View Full Version : Body: Problem with 57 GH side grilles

07-12-2017, 11:25 AM
When I attempted to attach the splash guards to the radiator side grilles (Parts 1312030, 31, pg. 142, Chassis manual) I discovered the the attachment points must have been deformed or ground off by the chrome plater. At least I think that is what happened. I'm not sure how the splash guard (if I'm using the proper name) is supposed to attach to the side grille. The first picture shows the side grill, the second shows the splash guard or whatever it is called, and the third shows the nub that remains of what I think may be a post that a speed nut may go on. I am thinking I may have to epoxy the two together. If there is a better way I am open to all advice.


07-12-2017, 11:31 AM
I had a similar problem with the grilles on my 56J. I ground the bosses flat and drilled and tapped a small diameter shallow threaded hole and used short brass round-headed screws and flat washers to fasten the pans to the grilles. Worked great!

Bill L.

More cautions:
As noted below, you have to be very careful in drilling the pot metal (zinc alloy die casting) grille bosses so you don't go through to the chrome on the oher side. Some people use a bit of masking tape around the drill to govern the depth of the drill. There's just enough "meat" in the bosses to get a shallow tapped hole for a short bolt. Use a bottoming tap and not a starting tap and carefully make the threads, backing out and cleaning the metal away as you go in.

345 DeSoto
07-12-2017, 01:05 PM
On my Sky Hawk, I ground the nubs off so that I could bead blast/paint the sheet metal. Used a drill of the appropriate size to drill into the mounting points and attached the sheet metal with 1/4" self taping screws, which I ground the points off of. As I screwed them into the holes, they cut their own threads. Be VERY careful when drilling...there's not much to go before you punch through the chrome on the front...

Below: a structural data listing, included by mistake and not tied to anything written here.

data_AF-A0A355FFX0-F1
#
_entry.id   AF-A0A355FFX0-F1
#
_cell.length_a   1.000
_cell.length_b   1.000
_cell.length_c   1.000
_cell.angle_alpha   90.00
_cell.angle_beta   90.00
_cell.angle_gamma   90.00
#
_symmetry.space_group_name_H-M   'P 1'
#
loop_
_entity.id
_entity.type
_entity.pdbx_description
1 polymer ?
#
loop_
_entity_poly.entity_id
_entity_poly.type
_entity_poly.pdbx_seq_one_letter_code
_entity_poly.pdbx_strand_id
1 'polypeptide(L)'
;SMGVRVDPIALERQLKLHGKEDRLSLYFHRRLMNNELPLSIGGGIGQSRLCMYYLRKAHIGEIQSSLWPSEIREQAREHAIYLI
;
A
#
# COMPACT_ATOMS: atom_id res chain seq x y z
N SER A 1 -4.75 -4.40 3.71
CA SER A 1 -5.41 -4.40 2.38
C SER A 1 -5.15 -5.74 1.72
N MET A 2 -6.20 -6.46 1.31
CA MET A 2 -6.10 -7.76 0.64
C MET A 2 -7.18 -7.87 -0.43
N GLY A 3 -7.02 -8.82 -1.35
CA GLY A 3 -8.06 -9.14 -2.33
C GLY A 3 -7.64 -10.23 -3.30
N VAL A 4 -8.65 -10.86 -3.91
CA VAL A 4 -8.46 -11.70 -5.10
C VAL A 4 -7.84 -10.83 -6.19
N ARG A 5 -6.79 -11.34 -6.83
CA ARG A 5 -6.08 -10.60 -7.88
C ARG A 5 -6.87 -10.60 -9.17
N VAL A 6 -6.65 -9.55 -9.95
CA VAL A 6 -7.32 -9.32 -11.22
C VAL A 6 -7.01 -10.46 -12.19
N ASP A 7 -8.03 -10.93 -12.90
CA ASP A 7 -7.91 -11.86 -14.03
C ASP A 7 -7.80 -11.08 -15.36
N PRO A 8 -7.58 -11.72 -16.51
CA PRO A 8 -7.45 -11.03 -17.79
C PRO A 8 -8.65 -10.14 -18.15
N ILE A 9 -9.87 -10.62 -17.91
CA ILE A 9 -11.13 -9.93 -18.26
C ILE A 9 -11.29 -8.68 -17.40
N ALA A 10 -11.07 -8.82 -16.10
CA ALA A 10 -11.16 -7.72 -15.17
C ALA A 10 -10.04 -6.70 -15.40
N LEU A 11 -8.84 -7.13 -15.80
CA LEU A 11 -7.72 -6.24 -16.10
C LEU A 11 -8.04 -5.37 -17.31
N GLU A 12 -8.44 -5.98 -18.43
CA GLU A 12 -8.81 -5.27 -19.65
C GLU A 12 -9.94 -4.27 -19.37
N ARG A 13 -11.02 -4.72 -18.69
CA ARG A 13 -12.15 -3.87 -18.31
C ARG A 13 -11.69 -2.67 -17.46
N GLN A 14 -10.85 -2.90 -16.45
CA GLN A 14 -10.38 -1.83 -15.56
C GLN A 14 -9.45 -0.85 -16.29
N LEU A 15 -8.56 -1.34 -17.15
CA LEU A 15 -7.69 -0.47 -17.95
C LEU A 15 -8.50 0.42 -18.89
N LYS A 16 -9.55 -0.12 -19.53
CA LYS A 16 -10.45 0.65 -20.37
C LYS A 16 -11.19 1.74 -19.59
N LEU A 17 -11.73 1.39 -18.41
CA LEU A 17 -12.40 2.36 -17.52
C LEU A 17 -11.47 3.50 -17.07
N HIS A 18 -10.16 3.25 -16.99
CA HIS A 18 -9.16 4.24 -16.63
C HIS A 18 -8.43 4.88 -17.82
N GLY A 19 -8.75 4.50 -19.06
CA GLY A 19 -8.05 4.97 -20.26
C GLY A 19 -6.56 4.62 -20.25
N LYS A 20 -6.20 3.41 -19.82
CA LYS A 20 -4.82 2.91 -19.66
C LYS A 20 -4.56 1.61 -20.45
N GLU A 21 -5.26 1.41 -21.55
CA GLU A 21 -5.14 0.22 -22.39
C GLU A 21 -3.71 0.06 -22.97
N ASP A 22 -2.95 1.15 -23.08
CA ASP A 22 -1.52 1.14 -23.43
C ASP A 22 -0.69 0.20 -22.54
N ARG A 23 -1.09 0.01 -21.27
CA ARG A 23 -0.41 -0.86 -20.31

07-12-2017, 01:09 PM
A post for a speed nut, or what's left of a threaded stud still in the pot metal?
In any event, I think I'd (very carefully) do as 56GH suggests.

07-12-2017, 01:22 PM
I thought of drilling and tapping shallow holes, but the thought of breaking through to the other chromed side as 345 DeSoto mentioned worries me. I may try putting a tube over the drill bit exposing only a short end and drill some holes in some scrap metal and see if I can build up enough courage to do that. I don't mind sacrificing a tap by grinding most of the point off and using short screws as suggested by 56GH.

07-12-2017, 07:39 PM
Definitely one of the more tedious jobs a Stude Hawk restorer is faced with!

Mike Sal
07-12-2017, 07:55 PM
Yes, easy does it on the pressure when drilling the hole. I once had a screw stuck in the chrome upper tail light lens bezel on a '54 Kaiser. Like an idiot, I thought I'd let one of the machine shop guys work on it instead of doing it my self.....He put too much pressure on the drill & went all the way thru the chrome part AND thru the very expensive tail light lens.....(you think studebaker lens' are high...)
Mike Sal

07-12-2017, 10:31 PM
If you accidentally drill all the way through on some of the anchor points, you could use color matching tie-ties in those holes and loop it around the chrome piece. Just a thought.

07-13-2017, 06:53 AM
Those pans were set over the post and bradded. the resulting "Mushroom" held the pan in place. on wifes '57 silver hawk shallow holes and self tapping screws worked great. some one had done this in a previous "Fix" so i had a clue to work from. Luck Doofus